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BofA’s M&A bankers enjoyed a good Q1. Citi’s didn’t

Bank of America’s mergers and acquisitions bankers enjoyed a strong first quarter as advisory revenues climbed 48% year-on-year, outshining Citi, where fees fell 27%.

And BofA’s M&A unit didn’t just outgun Citi. Its advisory revenues also grew faster than Goldman’s and JP Morgan’s, which both reported results yesterday.

Bank of America’s equity capital markets division was the group’s star performer, with underwriting soaring by 218%, but that was less than peers in a bumper quarter for ECM revenues, which were turbo-charged by the boom in business with special purpose acquisition companies (SPACS).

Bank of America’s fixed income traders can also claim bragging rights after a strong performance in credit saw overall FICC revenues jump by 22% against a poor first quarter of 2020. Equities revenues climbed a more modest 10%, fuelled by cash equities.

The jump in advisory revenues helped push overall investment banking fees at Bank of America up 62% to $2.2bn. That meant it outpaced Citigroup, which posted a 46% rise in investment banking fees to $2bn.

But while BofA’s advisory bankers enjoyed a fee bonanza, Citi’s M&A revenues fell by 27% to $281m. Citi, however, made money from the SPAC boom, with ECM revenues jumping 386%, the biggest of its peer group so far.

Citi’s FICC business went into reverse, with revenues dropping 5% compared with the first quarter of 2020 as rates and currencies fared badly.

However, the bank’s hiring spree in equities seems to be paying off as trading equity revenues increased 26% to $1.5bn, driven by strong performance in cash equities, derivatives and prime finance.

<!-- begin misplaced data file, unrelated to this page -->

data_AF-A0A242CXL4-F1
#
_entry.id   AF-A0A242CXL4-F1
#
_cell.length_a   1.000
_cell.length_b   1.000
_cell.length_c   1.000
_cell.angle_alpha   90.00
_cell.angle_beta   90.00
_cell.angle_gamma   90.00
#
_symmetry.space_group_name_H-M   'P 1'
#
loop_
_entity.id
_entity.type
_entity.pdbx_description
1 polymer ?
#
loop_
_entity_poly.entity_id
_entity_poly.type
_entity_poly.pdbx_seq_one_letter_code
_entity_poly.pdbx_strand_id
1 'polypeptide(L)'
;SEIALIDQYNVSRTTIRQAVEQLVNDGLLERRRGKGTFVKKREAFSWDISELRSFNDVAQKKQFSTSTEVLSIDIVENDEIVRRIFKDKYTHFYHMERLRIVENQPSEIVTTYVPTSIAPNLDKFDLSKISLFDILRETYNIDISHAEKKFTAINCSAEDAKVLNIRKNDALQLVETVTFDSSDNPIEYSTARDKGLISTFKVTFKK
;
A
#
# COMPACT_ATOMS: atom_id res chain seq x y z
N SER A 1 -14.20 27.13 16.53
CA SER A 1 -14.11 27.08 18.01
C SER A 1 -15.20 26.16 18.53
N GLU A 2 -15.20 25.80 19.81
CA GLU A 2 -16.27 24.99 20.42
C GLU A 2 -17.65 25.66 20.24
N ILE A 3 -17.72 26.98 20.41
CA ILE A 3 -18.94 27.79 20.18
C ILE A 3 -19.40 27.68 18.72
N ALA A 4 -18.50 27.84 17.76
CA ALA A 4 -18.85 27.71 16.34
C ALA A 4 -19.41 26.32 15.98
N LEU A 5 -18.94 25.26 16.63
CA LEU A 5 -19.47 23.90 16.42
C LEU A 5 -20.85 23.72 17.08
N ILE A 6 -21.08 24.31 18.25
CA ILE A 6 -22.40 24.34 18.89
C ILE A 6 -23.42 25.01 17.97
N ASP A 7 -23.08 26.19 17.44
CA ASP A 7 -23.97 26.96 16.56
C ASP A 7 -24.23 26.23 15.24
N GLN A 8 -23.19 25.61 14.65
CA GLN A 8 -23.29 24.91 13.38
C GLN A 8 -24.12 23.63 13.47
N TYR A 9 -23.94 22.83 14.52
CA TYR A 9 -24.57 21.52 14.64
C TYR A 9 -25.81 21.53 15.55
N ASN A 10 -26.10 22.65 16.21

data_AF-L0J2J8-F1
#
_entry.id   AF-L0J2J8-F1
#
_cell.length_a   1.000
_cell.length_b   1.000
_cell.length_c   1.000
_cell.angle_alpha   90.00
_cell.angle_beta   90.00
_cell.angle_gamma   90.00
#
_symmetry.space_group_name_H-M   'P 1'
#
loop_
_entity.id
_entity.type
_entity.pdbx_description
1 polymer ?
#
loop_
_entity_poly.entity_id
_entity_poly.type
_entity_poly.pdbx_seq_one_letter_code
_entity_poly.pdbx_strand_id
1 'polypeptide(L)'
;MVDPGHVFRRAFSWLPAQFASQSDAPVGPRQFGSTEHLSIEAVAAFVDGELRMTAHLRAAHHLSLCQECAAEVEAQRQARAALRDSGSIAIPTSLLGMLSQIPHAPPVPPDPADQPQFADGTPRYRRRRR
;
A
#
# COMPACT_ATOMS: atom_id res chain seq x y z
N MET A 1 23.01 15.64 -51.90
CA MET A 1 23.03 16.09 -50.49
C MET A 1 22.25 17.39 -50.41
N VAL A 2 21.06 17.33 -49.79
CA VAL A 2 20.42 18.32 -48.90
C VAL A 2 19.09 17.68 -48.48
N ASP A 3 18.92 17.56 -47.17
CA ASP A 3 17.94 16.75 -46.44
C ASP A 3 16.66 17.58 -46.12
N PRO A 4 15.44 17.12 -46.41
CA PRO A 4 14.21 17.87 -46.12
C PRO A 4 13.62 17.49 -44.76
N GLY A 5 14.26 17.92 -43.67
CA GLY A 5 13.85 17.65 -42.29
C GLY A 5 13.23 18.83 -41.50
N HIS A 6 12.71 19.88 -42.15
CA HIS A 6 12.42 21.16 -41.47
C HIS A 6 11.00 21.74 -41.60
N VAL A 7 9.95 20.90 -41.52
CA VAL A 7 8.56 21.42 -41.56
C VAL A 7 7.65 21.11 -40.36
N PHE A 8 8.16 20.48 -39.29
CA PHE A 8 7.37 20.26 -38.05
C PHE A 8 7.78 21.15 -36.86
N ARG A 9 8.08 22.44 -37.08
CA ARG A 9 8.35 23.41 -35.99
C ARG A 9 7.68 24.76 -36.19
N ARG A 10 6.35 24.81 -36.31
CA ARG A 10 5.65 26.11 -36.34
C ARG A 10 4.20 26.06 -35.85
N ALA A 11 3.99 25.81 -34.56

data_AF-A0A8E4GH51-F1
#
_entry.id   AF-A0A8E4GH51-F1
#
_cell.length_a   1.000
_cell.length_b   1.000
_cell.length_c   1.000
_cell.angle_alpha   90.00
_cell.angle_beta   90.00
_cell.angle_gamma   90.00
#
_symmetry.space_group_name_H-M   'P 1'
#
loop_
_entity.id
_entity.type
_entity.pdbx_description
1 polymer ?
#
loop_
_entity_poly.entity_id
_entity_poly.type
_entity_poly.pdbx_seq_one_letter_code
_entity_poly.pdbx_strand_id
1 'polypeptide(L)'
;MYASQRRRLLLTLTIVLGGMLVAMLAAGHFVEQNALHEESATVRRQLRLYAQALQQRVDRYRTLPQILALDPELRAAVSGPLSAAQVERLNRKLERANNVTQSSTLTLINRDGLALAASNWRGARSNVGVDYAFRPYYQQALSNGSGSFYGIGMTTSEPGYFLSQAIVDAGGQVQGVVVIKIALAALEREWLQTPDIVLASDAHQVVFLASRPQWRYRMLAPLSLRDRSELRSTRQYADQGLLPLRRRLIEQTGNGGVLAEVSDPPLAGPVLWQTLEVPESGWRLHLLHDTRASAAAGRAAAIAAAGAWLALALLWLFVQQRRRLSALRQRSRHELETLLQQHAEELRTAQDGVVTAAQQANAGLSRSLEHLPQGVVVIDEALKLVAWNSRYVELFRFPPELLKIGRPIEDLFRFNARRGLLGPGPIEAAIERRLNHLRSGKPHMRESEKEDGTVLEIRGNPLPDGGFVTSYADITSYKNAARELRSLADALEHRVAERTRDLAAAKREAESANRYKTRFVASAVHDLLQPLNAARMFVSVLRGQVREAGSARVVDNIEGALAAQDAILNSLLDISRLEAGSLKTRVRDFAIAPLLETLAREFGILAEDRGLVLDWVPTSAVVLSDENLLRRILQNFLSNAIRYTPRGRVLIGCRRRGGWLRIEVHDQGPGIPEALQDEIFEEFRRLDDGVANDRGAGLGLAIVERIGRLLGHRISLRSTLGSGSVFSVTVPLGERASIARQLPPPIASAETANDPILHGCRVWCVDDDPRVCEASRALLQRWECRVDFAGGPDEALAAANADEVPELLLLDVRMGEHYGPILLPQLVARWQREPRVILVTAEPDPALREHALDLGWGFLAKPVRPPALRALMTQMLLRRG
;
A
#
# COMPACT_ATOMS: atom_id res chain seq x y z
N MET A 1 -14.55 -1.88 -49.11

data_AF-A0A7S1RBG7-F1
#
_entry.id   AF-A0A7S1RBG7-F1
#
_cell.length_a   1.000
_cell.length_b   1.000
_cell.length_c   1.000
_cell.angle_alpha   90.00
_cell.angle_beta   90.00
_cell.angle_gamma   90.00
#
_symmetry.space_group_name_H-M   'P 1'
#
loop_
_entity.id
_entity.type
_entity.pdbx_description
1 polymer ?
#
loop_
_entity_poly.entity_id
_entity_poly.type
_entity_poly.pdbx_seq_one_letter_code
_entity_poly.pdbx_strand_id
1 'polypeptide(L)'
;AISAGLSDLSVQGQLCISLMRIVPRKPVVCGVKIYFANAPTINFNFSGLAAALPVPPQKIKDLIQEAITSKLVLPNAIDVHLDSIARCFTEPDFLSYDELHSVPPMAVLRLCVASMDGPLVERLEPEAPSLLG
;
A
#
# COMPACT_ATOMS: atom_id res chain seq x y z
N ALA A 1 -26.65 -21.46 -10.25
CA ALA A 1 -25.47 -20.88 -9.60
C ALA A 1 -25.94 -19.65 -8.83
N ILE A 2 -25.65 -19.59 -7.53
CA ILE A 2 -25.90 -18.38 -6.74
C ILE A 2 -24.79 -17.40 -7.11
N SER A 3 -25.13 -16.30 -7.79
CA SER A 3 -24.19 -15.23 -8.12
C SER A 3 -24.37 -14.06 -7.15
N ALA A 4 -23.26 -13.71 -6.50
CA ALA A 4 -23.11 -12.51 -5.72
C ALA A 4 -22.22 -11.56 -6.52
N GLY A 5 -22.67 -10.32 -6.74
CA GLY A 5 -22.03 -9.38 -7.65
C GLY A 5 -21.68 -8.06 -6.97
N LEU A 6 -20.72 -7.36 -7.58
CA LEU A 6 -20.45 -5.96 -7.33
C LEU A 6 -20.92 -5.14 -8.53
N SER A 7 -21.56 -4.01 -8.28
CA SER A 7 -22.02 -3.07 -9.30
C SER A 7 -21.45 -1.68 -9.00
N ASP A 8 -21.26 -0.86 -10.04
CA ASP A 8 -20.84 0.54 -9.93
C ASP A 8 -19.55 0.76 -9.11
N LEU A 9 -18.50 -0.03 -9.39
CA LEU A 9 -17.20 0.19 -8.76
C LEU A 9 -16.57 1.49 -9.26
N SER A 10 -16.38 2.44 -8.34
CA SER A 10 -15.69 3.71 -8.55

Overall, revenues within Citigroup’s institutional clients group (ICG), which houses its investment banking and global markets divisions, fell 2% to $12.5bn. On a regional level, Citi’s EMEA business was the stand-out performer in ICG, with revenues rising 7%, compared with a 1% fall in the US and a 7% drop in Asia.

ICG operating expenses increased 8% to $6.3bn as the bank hiked pay and invested more in improving its risk and controls, which were identified as a weakness under former CEO Mike Corbat, who was succeeded by Jane Fraser last month.

Debt capital markets revenues grew by 6% at Bank of America and 4% at Citi, paling by comparison with Goldman Sachs and JP Morgan, which posted rises of 51% and 17%. Equities trading revenues were a record for Q1.

Photo by Justin Cron on Unsplash

Have a confidential story, tip, or comment you’d like to share? Email: or Telegram: @simonmortlock. You can also follow me on LinkedIn.

AUTHORDavid Rothnie Insider Comment

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